Article following published by the Iowa City Press Citizen, available at https://www.press-citizen.com/story/entertainment/go-iowa-city/2015/04/12/iowa-city-community-string-orchestra-opinion/25585537/
Recently, my wife, Miera Kim, and I had a very big decision to make regarding our professional lives. The board of Red Cedar Chamber Music offered us the positions of executive director, artistic director and core ensemble. We chose to accept Red Cedar’s proposal to take over the nonprofit in July 2016. After more than two decades of making our livings working for a baker’s dozen of employers as independent artist-teachers, we had to make some hard choices. To make room in our lives for full-time employment, we would have to give up many of the wonderful associations that have made our professional lives so rewarding for the last 20 years.
We assessed every aspect of our work from a fiscal, artistic and personal perspective. Doing so made us very thankful for all of the opportunities that we have had. It also helped us understand better why we do what we do and how each aspect of our professional lives affects our family and sense of community. One of the things that we decided to give up was our employment with Orchestra Iowa (Miera has been a member of Orchestra Iowa for 25 years and I have been with them for 20). However, despite all of the difficult decisions, we knew that we would not give up our work with the Iowa City Community String Orchestra.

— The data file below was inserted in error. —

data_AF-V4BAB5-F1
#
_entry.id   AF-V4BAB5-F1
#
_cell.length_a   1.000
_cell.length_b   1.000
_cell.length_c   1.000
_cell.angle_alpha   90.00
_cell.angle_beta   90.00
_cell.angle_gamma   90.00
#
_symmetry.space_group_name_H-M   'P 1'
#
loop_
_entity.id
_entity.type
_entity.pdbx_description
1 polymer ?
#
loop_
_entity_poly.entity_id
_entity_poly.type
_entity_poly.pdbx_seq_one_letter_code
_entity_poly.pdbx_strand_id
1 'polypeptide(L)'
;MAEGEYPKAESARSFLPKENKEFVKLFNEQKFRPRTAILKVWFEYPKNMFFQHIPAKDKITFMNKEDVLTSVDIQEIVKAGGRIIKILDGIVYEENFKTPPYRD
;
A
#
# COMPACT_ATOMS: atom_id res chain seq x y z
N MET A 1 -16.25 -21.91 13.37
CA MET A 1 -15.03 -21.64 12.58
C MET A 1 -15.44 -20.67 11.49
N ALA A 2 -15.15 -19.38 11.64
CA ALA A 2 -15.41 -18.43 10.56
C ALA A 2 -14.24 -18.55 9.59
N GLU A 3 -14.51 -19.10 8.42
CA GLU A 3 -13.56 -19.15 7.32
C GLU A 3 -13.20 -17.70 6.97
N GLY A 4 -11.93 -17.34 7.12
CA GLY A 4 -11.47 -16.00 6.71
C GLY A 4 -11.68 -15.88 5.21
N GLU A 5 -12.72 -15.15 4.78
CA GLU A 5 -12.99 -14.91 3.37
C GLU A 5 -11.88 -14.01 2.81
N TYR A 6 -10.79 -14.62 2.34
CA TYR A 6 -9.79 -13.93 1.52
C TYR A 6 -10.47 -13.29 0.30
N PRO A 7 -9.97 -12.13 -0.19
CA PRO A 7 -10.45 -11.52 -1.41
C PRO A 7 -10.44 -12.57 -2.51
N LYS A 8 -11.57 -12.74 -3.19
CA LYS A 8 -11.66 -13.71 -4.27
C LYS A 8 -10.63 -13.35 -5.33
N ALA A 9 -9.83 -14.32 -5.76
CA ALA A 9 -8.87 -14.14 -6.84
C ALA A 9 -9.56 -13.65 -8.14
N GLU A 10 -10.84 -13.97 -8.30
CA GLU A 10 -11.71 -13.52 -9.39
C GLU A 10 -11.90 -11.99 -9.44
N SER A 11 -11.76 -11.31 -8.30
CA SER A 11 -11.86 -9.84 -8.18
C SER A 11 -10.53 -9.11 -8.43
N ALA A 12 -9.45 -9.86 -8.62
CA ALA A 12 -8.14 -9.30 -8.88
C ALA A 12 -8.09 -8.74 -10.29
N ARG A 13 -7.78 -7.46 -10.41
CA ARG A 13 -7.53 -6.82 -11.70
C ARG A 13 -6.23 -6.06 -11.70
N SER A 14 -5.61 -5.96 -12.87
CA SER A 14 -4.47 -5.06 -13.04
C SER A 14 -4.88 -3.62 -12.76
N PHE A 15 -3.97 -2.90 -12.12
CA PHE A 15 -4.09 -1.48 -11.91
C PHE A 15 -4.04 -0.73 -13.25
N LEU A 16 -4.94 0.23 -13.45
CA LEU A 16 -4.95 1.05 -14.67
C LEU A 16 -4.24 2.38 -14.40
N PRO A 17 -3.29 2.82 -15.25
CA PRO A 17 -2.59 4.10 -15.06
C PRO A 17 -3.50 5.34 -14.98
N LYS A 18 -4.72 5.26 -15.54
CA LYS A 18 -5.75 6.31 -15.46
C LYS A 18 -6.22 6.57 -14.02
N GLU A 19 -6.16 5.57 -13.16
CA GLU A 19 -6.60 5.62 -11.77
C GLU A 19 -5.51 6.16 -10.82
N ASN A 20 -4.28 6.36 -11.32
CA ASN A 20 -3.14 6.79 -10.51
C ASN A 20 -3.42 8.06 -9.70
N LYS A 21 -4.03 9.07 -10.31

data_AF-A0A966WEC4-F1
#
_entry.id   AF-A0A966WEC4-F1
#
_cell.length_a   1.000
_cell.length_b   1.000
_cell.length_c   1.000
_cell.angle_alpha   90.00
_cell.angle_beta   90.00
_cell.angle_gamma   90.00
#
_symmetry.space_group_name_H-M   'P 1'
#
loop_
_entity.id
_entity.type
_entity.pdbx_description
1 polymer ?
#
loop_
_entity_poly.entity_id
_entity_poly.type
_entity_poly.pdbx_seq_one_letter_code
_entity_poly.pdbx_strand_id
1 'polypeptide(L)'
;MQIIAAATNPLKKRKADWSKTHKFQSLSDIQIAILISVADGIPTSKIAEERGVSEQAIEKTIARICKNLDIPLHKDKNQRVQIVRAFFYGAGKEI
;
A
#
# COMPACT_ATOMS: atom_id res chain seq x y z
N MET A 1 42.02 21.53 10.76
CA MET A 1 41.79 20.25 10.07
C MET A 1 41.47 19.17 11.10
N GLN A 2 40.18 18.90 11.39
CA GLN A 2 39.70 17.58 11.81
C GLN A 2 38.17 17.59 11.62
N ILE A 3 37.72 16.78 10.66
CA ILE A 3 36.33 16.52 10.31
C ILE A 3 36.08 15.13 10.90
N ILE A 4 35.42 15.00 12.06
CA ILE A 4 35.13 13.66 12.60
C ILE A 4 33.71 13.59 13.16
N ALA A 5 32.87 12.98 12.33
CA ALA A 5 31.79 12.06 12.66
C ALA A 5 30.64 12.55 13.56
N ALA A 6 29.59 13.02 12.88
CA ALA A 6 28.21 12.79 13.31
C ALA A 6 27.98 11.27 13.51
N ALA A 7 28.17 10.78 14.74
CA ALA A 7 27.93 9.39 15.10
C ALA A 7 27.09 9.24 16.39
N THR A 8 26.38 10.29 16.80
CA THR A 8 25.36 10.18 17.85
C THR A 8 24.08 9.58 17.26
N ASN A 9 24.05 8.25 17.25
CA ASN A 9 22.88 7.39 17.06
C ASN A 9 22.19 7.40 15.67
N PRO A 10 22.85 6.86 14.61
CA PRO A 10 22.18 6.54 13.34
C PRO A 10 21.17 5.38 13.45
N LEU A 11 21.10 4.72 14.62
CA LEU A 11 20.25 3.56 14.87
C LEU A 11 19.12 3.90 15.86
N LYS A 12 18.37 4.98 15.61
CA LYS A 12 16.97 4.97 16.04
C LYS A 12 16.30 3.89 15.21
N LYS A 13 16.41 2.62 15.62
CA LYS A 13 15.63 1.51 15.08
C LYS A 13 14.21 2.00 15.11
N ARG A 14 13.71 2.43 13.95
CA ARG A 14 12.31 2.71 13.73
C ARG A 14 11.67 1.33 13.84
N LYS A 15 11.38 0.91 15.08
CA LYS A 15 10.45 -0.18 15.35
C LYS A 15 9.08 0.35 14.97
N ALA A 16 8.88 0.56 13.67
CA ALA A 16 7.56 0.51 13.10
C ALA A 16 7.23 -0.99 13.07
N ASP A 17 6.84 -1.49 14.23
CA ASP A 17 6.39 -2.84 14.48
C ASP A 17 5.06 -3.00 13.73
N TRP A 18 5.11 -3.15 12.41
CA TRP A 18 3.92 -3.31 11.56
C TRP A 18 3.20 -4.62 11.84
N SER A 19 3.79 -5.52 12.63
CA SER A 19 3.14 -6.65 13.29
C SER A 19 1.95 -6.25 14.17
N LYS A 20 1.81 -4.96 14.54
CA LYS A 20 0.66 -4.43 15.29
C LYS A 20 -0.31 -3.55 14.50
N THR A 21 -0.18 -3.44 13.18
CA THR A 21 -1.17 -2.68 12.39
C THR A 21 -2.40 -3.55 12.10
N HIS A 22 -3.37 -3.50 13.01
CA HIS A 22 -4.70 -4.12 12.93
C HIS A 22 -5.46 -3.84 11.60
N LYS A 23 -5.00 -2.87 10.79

The primary reason for this is something that I think we can all learn from. Robert Shaw, the great choral conductor and teacher, used to say that the most important thing that a conductor could do is sing in a community chorus. He felt that people need the experience of being inside an ensemble to stay in touch with their love of music and keep their artistic priorities straight. The ICCSO is an amateur ensemble. The members play not for money, but simply to share their love of music with each other and with the audience. There is an unsullied quality of sincerity inherent in a community/amateur ensemble that is nearly impossible to replicate in a professional setting.
It is sharing that purity of purpose that makes the experience so valuable to us as artists and, I believe, to the orchestra members and to our audience. At every concert that we have presented, the joy that we share in making music together has brought us artistic fulfillment. I think it is also true that most audience members respond to this and sense the orchestra’s great love of music. This is why people should come see us play and why the experience is so valuable to Miera and me.
Our spring concert is at 3 p.m. April 19 at The Englert Theatre. We will play a new work by Luther College composer Brooke Joyce, a Handel Concerto Grosso, and three other wonderful works for string orchestra. As always, our concerts are free and families are encouraged to attend. I guarantee an experience that will fill your hearts with joy.